PART FOUR: THE OUTFIT
Tip #1: Dress with a purpose.
As a vocal performer, people are listening and watching. To be taken seriously, you need to look the part of a performer. Choose an outfit/look that would enhance your performance, not take away from it.
Or in other words, dress with a purpose.
Looking back, as a ballad crooner, I chose long dresses with a flawless bun and sparkly jewelry. I felt that look was perfect for the slow love songs I competed with, as I wanted to create a romantic, sometimes heartbreaking mood for my audience. The purpose of my look was not only to be presentable as a performer, but to also set a certain mood for my listeners to understand the dramatics of my performance.
Tip #2: No matter what event you’re performing at, dress up.
When the mayor comes to the Hmong New Year, s/he will likely be dressed in formal attire, indicating that s/he is an important individual that has a purpose within the celebration. You too are an important individual who has a purpose within the celebration. As a vocal contestant, dressing up is a requirement.
At sports festivals in the hot summers, most folks are not walking in high heels or strutting in their best formal attire - well, maybe a few. However, these individuals are here to be entertained and to relax from their daily lives.
You, on the other hand, as a singer, are there to entertain. It may feel odd for you ‘cause you’re all decked out and no one else is. But once you get on that stage, you’ll forget all that. (Your nerves will be sure to tell you what's most important.)
Know that after you get off stage, people will take you seriously and also show respect for you as a performer through clapping, bringing you flowers, cheering, and even standing up for you. Why? 'Cause they know you came prepared to perform by dressing up and singing your best.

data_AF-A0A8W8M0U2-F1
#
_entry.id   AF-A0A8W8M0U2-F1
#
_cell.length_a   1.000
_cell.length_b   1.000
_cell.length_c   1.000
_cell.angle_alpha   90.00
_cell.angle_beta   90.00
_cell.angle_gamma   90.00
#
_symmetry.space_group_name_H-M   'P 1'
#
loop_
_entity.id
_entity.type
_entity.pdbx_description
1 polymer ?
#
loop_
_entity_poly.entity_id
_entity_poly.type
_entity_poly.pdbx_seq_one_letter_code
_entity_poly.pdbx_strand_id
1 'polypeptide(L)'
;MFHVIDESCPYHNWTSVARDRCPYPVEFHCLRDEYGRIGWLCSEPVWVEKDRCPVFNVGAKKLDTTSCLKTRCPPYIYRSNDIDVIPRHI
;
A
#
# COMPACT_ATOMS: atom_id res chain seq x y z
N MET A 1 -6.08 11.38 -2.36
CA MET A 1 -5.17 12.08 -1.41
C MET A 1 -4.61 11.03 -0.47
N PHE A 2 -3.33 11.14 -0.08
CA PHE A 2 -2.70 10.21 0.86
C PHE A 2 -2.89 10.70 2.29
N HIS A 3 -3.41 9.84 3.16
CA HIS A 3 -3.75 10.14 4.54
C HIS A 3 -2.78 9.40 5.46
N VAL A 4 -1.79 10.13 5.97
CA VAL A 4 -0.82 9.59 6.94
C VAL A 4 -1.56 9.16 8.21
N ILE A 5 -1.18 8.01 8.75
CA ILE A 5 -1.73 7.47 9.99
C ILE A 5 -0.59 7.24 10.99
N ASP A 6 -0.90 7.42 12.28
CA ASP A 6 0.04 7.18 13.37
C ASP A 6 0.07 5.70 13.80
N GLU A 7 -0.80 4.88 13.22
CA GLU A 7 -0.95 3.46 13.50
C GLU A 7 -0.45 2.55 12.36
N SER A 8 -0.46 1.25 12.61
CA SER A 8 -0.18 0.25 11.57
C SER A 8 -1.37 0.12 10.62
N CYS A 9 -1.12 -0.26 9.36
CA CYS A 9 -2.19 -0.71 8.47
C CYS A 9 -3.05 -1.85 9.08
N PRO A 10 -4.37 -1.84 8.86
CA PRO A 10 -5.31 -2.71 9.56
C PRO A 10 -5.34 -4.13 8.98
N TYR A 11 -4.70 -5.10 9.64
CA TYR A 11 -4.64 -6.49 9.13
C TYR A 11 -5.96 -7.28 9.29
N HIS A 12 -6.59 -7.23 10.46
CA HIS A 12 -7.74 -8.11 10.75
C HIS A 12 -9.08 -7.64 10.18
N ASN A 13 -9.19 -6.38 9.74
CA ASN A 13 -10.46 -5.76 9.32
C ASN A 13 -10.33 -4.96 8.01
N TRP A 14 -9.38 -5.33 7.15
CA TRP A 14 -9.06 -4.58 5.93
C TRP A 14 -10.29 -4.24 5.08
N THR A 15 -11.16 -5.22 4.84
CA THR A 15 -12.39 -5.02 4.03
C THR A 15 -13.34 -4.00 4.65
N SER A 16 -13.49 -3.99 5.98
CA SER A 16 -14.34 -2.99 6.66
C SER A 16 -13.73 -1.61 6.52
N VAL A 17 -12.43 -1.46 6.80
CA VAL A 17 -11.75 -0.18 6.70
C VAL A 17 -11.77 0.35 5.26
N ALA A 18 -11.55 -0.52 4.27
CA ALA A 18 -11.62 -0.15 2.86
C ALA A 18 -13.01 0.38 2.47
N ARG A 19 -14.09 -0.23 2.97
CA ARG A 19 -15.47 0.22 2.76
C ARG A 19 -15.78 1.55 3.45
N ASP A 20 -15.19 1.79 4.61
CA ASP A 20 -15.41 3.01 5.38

Tip #3: Casual wear is out.
I’ve seen this more times than I can remember. As a viewer and a judge, it’s very hard to take a singer seriously if s/he is performing in casual wear (i.e. hoodie).
Casual wear leaves an impression on others that your performance is just that: casual, defined in the dictionary as “relaxed and unconcerned.” It looks more like a rehearsal than a grand performance.
Just imagine me performing, Nyob Ib Sab at the Hmong International New Year on their grand outdoor stage where people from all over the world are celebrating the Hmong New Year and here I am singing in a sweater and jeans that just happened to not be in the laundry that day. Not cool.
Appearance is an actual judging criteria on the score sheet. It's also the easiest points to earn, if you look your part.
Singers, no matter what, where, or when you’re going on stage, dress up.
I hope you enjoyed the final part of my How to Win a Hmong Singing Contest blog series and you gained one new thing as a singer. And as always, feel free to leave me a comment/question and good luck on your singing journey!
DISCLAIMER: The How to Win a Hmong Singing Contest blog series is a collection of Pagnia Xiong's personal experience with competing and judging for Hmong singing contests. It was first published in October 2013 and has since been updated with new insights & tips. Please note this blog series is simply a guide and any action whatsoever taken based on the contents of this website or any of its related sites, materials, products or information is to be used solely at your own discretion, risk and liability.